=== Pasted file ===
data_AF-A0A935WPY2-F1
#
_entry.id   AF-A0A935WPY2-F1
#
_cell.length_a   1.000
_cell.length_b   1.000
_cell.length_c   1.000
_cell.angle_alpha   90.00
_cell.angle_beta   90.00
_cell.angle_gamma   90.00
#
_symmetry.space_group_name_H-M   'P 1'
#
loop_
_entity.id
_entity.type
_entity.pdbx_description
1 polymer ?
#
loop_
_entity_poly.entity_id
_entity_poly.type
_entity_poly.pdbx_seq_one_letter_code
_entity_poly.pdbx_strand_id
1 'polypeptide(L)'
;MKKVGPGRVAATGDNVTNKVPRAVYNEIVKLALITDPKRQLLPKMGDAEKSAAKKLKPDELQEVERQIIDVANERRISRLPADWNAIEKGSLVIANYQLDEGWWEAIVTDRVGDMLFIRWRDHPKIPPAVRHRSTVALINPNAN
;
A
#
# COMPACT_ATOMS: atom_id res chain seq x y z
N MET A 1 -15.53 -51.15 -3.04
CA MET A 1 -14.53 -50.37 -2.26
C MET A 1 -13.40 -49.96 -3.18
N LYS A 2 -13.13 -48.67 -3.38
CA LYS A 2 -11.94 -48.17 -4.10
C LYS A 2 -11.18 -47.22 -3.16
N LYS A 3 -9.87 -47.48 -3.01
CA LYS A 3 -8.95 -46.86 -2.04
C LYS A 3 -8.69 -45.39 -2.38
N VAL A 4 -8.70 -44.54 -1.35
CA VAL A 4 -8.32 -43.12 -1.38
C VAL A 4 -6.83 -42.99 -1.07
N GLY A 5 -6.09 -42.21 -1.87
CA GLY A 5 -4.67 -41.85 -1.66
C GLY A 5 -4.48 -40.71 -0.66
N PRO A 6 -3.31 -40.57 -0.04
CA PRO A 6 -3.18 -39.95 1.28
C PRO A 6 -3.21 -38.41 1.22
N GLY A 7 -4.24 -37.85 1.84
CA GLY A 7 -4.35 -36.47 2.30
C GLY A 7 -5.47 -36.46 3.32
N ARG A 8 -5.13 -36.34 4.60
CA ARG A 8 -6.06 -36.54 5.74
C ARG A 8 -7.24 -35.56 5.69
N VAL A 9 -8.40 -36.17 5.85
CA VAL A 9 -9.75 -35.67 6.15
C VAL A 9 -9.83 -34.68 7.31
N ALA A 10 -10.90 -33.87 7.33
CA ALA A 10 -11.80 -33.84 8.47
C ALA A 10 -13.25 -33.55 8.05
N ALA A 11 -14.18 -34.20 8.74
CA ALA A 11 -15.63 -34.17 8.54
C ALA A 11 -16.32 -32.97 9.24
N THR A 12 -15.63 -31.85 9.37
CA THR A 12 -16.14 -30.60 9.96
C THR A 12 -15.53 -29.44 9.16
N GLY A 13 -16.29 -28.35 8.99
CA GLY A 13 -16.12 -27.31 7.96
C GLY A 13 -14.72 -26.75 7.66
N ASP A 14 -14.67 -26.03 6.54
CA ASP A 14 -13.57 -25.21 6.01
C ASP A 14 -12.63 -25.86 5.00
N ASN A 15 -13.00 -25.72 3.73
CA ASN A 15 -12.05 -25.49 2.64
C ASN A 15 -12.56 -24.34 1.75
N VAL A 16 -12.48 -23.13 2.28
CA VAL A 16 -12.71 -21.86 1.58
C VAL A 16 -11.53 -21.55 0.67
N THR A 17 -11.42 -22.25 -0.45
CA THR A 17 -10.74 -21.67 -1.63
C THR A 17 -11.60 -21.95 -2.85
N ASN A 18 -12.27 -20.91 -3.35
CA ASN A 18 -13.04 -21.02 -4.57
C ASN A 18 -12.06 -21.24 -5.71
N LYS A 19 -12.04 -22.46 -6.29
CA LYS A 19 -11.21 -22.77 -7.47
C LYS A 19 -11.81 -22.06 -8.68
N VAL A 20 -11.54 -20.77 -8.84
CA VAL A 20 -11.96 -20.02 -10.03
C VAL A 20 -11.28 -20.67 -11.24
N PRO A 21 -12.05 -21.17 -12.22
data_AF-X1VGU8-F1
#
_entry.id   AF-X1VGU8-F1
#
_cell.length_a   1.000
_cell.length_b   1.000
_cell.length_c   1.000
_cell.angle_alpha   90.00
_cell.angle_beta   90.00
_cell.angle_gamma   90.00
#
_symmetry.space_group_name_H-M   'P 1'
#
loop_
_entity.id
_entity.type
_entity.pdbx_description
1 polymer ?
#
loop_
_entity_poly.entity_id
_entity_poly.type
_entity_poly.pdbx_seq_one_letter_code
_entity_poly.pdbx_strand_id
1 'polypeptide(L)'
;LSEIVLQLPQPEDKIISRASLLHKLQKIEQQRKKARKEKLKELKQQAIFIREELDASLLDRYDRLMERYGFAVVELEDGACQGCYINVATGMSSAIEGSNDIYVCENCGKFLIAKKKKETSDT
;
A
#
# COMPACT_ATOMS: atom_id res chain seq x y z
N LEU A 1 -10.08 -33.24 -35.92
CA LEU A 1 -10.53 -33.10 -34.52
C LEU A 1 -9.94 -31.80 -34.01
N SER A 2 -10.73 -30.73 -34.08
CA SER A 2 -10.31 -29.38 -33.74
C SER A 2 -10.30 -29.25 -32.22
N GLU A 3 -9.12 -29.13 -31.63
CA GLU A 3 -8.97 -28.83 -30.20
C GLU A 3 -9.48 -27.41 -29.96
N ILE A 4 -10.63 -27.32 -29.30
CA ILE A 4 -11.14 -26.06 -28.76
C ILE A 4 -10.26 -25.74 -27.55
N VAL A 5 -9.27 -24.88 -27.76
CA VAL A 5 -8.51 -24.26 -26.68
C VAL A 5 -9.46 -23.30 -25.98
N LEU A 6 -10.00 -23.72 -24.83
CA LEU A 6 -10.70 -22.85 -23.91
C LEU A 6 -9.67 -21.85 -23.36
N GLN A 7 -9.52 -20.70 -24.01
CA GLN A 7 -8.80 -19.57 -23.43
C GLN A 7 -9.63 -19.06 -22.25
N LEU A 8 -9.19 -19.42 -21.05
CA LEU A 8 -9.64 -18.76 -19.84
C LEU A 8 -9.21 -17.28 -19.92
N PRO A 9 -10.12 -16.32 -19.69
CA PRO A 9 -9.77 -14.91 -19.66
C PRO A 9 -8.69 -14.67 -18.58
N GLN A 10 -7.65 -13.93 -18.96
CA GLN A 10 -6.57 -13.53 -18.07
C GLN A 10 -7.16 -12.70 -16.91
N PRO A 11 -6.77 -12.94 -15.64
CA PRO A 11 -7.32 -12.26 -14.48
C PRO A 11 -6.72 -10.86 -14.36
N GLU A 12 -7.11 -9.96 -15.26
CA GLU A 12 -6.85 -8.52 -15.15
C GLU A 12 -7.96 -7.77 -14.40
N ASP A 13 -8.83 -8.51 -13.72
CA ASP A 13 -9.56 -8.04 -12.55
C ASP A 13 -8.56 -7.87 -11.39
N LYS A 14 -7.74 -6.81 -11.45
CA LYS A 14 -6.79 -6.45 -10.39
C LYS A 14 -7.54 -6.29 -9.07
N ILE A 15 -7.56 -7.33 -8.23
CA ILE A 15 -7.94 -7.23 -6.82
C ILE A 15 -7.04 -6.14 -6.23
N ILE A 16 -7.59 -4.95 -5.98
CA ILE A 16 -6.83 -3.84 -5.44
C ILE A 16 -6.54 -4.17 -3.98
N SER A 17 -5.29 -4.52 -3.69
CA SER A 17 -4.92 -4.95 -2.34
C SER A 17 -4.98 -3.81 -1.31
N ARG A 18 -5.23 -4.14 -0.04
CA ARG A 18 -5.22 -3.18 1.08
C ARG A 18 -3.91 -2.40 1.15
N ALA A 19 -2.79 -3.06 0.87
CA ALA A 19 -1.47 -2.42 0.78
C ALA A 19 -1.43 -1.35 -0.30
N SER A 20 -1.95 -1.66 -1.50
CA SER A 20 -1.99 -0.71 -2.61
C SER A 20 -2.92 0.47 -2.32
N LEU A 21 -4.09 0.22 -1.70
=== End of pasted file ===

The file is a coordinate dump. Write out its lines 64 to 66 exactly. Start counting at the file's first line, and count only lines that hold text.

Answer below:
N THR A 12 -15.63 -31.85 9.37
CA THR A 12 -16.14 -30.60 9.96
C THR A 12 -15.53 -29.44 9.16